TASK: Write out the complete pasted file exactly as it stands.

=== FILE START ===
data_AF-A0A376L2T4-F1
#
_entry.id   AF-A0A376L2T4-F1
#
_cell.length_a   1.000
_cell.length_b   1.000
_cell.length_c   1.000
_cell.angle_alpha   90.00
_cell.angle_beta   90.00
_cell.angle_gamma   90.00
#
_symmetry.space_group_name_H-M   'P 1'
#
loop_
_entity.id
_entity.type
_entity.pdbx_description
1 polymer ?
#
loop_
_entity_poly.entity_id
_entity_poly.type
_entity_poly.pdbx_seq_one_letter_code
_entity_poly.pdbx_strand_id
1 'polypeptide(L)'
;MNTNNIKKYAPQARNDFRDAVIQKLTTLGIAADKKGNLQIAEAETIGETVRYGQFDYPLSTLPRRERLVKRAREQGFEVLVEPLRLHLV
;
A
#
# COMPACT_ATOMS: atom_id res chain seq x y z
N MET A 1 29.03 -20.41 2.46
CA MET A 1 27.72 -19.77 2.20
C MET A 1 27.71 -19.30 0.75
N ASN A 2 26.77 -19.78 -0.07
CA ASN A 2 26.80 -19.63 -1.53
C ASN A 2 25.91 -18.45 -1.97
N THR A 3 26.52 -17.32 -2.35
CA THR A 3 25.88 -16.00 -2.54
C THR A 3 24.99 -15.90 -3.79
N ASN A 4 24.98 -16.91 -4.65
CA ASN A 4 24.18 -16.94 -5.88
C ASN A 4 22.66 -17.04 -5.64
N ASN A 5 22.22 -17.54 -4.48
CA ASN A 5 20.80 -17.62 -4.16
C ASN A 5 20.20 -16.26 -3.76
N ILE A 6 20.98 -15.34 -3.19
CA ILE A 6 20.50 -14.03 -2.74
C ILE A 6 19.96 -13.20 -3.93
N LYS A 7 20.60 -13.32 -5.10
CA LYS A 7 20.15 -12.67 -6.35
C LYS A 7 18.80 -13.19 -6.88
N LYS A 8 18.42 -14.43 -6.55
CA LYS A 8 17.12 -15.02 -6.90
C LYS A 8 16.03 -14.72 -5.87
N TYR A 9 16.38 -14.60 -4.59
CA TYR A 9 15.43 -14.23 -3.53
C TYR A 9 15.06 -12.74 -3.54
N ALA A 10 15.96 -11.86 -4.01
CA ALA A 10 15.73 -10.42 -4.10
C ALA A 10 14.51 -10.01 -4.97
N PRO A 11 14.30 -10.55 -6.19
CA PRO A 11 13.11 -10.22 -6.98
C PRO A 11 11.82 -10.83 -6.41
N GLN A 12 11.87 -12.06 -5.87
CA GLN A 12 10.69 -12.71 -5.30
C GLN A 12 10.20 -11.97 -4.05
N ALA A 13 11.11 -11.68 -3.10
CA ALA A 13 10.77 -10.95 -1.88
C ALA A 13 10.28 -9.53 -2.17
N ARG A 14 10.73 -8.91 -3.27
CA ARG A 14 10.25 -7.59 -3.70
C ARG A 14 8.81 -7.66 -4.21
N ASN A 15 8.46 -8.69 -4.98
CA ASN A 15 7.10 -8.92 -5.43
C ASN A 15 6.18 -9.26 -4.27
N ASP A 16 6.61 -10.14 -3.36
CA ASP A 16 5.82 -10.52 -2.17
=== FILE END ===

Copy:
data_AF-A0A376L2T4-F1
#
_entry.id   AF-A0A376L2T4-F1
#
_cell.length_a   1.000
_cell.length_b   1.000
_cell.length_c   1.000
_cell.angle_alpha   90.00
_cell.angle_beta   90.00
_cell.angle_gamma   90.00
#
_symmetry.space_group_name_H-M   'P 1'
#
loop_
_entity.id
_entity.type
_entity.pdbx_description
1 polymer ?
#
loop_
_entity_poly.entity_id
_entity_poly.type
_entity_poly.pdbx_seq_one_letter_code
_entity_poly.pdbx_strand_id
1 'polypeptide(L)'
;MNTNNIKKYAPQARNDFRDAVIQKLTTLGIAADKKGNLQIAEAETIGETVRYGQFDYPLSTLPRRERLVKRAREQGFEVLVEPLRLHLV
;
A
#
# COMPACT_ATOMS: atom_id res chain seq x y z
N MET A 1 29.03 -20.41 2.46
CA MET A 1 27.72 -19.77 2.20
C MET A 1 27.71 -19.30 0.75
N ASN A 2 26.77 -19.78 -0.07
CA ASN A 2 26.80 -19.63 -1.53
C ASN A 2 25.91 -18.45 -1.97
N THR A 3 26.52 -17.32 -2.35
CA THR A 3 25.88 -16.00 -2.54
C THR A 3 24.99 -15.90 -3.79
N ASN A 4 24.98 -16.91 -4.65
CA ASN A 4 24.18 -16.94 -5.88
C ASN A 4 22.66 -17.04 -5.64
N ASN A 5 22.22 -17.54 -4.48
CA ASN A 5 20.80 -17.62 -4.16
C ASN A 5 20.20 -16.26 -3.76
N ILE A 6 20.98 -15.34 -3.19
CA ILE A 6 20.50 -14.03 -2.74
C ILE A 6 19.96 -13.20 -3.93
N LYS A 7 20.60 -13.32 -5.10
CA LYS A 7 20.15 -12.67 -6.35
C LYS A 7 18.80 -13.19 -6.88
N LYS A 8 18.42 -14.43 -6.55
CA LYS A 8 17.12 -15.02 -6.90
C LYS A 8 16.03 -14.72 -5.87
N TYR A 9 16.38 -14.60 -4.59
CA TYR A 9 15.43 -14.23 -3.53
C TYR A 9 15.06 -12.74 -3.54
N ALA A 10 15.96 -11.86 -4.01
CA ALA A 10 15.73 -10.42 -4.10
C ALA A 10 14.51 -10.01 -4.97
N PRO A 11 14.30 -10.55 -6.19
CA PRO A 11 13.11 -10.22 -6.98
C PRO A 11 11.82 -10.83 -6.41
N GLN A 12 11.87 -12.06 -5.87
CA GLN A 12 10.69 -12.71 -5.30
C GLN A 12 10.20 -11.97 -4.05
N ALA A 13 11.11 -11.68 -3.10
CA ALA A 13 10.77 -10.95 -1.88
C ALA A 13 10.28 -9.53 -2.17
N ARG A 14 10.73 -8.91 -3.27
CA ARG A 14 10.25 -7.59 -3.70
C ARG A 14 8.81 -7.66 -4.21
N ASN A 15 8.46 -8.69 -4.98
CA ASN A 15 7.10 -8.92 -5.43
C ASN A 15 6.18 -9.26 -4.27
N ASP A 16 6.61 -10.14 -3.36
CA ASP A 16 5.82 -10.52 -2.17